Director: Anthony Russo, Joe Russo
Cast: Chris Evans, Robert Downey Jr, Scarlett Johansson, Elizabeth Olsen, Sebastian Stan, Anthony Mackie, Chadwick Boseman, Don Cheadle, Jeremy Renner, Paul Bettany, Tom Holland, Paul Rudd, Daniel Bruhl, William Hurt
Plot: After a mission gone wrong in Lagos, Captain America (Rogers) and Iron Man (Downey Jr) butt heads over making the Avengers a government body, rather than a private army.
DC have been struggling, bless them. Marvel Studios have done what would have been considered impossible a decade ago and made a massive cinematic universe, connecting dozens of characters, actors and plotlines into one continuing series of superhero movies. Desperate for in on the action, DC (as well as other popular films such as King Kong/Godzilla and Gothic monsters, such as Dracula Untold), have tried to follow suit. However, their attempts feel unnatural, a grab at cash. DC acts as a lesson in how not to go about creating a Marvel Universe, so fixed on the doom and gloom they forgot to focus on the bigger picture.
In many regards, this is the MCU’s most serious picture to date. The camp origin stories are distant memories, the big fun Avengers team-ups have been done and the neat side adventures of Ant Man and Guardians of the Galaxy wouldn’t work here. So, right from the off, Anthony and Joe Russo hit us with a movie unlike any we have seen before. The entire plot of Civil War (with some obligatory asides), is the Avengers being split down the middle on a document. William Hurt, not seen since 2008’s Incredible Hulk, issues a document that says the best way to stop further loss of life is to make the Avengers a government agent, answering to the country rather than acting on their own accords. After Age of Ultron, a world crisis completely created by their own wrong-doing, meant the U.S.A had no say in the Avengers smashing up Sokovia, outside of American jurisdiction. Tony Stark, haunted by his tattered life as Iron Man, wants to let go of the responsibility and stop carrying the weight of the world on his shoulders. Captain America, admitting that the Avengers aren’t perfect, still thinks their hands are the safest. We are now given an interesting debate as well as a superhero movie. The ‘are we doing any good?’ storyline has been used this the dawn of superhero stories, but here, we are given the most intricate attempt at answering the question. Just when you think you have picked a side, the debate is thrown open. The Winter Soldier returns and the Avengers disagree with the government’s orders. However, are the Avengers blinded by Captain America’s former friendship with Bucky Barnes? Before watching this film, everyone was picking a side: Team Rogers or Team Stark. This was usually based on your preference of hero. Captain America is a beacon for good, but Tony has Black Widow on his side. However, the truth of the matter is that you will be undecided until the very end, as the clash between Rogers and Stark evolves in unpredictable ways. A twist at the end is genius and proves that sometimes intelligence is much better than doom and gloom. A lesson DC should take with them after watching Civil War.
But, of course, Civil War’s greatest weapon is that it still clings to this sense of fun. Yes, Civil War has its depressing moments, taking time to emotionally examine the characters we have grown to love, but it still understands it is solid blockbuster entertainment. Therefore, in between the politics and heart-breaking shocks, we have wise-cracks and a good old-fashioned punch-up. The Avengers movies still remain satisfyingly adept at balancing its cast. Here, Captain America, of course, gets centre of attention. This is still Cap’s movie, after all, which helps the Russos avoid the issue of dragging Thor and Hulk back into the debate. But none of the superheroes are forgotten in the heat of the moment. Black Widow delightfully turns this superhero movie into a martial arts action for just long enough to add a kick to proceedings. Ant-Man shows up briefly, but gets one of the biggest set-pieces to play with. Scarlett Witch, who is potentially the most important person to develop, as she is one of the new girls on the block, gets a little character arc, where she comes to terms with being too powerful to control. She becomes the figurehead for the Avengers privatisation debate. For a long while, you wonder if Civil War even needs a villain. There are two on the peripheries of the story. One of them was used a lot in the marketing, but really is just an opening gambit to set the movie up with. Another is less Ultron, and more silent mastermind, pushing the story where it needs to go. In terms of the latter, we could argue he is an anti-climax, but perhaps it is time Avengers went for the smaller threat, rather than the Thanos-sized one. The real enemies are themselves, which is proven by a terrific fight that feels like it takes up the majority of the movie. Both sides of the Avengers fight in an abandoned airport and everything is thrown into the pot. Black Panther, a lesser known hero, solidifies himself as a fan favourite. There is a cute moment where Hawkeye and Widow reaffirm their friendship while punching each other. Powers are played with, the writers experiment with each hero’s limits. It is the very essence of fun and while Avengers Assemble probably remains the best Marvel yet, due to a holistic nature, this one scene will be up there with the MCU’s greatest triumphs.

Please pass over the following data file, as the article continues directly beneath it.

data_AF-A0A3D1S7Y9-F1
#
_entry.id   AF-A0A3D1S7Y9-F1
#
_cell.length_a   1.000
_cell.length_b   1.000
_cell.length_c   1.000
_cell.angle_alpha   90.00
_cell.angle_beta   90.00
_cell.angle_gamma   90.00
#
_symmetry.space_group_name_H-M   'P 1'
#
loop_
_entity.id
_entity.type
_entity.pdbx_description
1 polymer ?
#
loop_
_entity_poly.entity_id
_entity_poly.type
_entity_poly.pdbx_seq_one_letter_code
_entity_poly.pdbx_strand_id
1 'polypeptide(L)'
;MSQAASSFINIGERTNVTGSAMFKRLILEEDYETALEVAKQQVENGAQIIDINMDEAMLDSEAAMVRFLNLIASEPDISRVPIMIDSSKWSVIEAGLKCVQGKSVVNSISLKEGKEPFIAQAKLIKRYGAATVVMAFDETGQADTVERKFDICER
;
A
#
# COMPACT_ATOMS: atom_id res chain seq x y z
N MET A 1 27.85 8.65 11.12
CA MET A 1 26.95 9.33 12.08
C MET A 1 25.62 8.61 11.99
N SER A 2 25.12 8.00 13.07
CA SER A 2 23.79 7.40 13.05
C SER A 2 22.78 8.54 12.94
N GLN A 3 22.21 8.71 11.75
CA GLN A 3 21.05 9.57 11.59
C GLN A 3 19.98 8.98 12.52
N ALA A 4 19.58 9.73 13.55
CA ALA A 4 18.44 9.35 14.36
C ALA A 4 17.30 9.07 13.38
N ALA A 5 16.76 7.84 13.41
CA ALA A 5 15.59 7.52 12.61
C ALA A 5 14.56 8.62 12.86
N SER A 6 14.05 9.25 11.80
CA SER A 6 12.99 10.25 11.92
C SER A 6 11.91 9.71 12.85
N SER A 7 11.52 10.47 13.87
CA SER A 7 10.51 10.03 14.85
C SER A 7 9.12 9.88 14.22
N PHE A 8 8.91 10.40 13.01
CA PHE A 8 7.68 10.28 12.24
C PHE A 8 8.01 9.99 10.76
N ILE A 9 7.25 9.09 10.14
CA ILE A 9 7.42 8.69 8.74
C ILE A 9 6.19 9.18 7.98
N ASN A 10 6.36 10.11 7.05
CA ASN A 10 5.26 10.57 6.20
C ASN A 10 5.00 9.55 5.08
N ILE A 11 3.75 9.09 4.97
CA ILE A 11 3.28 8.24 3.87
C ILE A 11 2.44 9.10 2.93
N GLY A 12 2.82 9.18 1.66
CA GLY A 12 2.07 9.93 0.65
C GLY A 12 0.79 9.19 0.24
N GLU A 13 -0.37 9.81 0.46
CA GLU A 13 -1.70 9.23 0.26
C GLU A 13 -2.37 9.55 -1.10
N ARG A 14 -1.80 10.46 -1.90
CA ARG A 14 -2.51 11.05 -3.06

Oh, and Spider-Man? Absolutely brilliant.
Final Verdict: This is Marvel’s most serious movie yet, but you wouldn’t know it with the usual entertaining ensemble work we have grown to love.